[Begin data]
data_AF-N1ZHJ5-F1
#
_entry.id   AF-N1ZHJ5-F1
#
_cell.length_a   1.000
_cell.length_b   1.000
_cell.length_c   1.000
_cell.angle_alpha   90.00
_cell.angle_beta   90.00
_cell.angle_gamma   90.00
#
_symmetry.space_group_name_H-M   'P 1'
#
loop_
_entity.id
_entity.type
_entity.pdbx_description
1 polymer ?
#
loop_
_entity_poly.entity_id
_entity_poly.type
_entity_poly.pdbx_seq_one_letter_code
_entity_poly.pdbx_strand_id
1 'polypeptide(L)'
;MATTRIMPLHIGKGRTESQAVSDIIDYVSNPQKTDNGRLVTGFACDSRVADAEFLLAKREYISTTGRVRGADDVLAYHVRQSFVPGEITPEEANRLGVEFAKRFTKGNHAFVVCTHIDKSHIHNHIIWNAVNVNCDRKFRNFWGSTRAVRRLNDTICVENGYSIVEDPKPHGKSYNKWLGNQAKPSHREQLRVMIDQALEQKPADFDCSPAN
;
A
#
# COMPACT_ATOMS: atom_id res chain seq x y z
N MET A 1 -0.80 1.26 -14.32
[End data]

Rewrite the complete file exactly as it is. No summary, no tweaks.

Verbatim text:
data_AF-N1ZHJ5-F1
#
_entry.id   AF-N1ZHJ5-F1
#
_cell.length_a   1.000
_cell.length_b   1.000
_cell.length_c   1.000
_cell.angle_alpha   90.00
_cell.angle_beta   90.00
_cell.angle_gamma   90.00
#
_symmetry.space_group_name_H-M   'P 1'
#
loop_
_entity.id
_entity.type
_entity.pdbx_description
1 polymer ?
#
loop_
_entity_poly.entity_id
_entity_poly.type
_entity_poly.pdbx_seq_one_letter_code
_entity_poly.pdbx_strand_id
1 'polypeptide(L)'
;MATTRIMPLHIGKGRTESQAVSDIIDYVSNPQKTDNGRLVTGFACDSRVADAEFLLAKREYISTTGRVRGADDVLAYHVRQSFVPGEITPEEANRLGVEFAKRFTKGNHAFVVCTHIDKSHIHNHIIWNAVNVNCDRKFRNFWGSTRAVRRLNDTICVENGYSIVEDPKPHGKSYNKWLGNQAKPSHREQLRVMIDQALEQKPADFDCSPAN
;
A
#
# COMPACT_ATOMS: atom_id res chain seq x y z
N MET A 1 -0.80 1.26 -14.32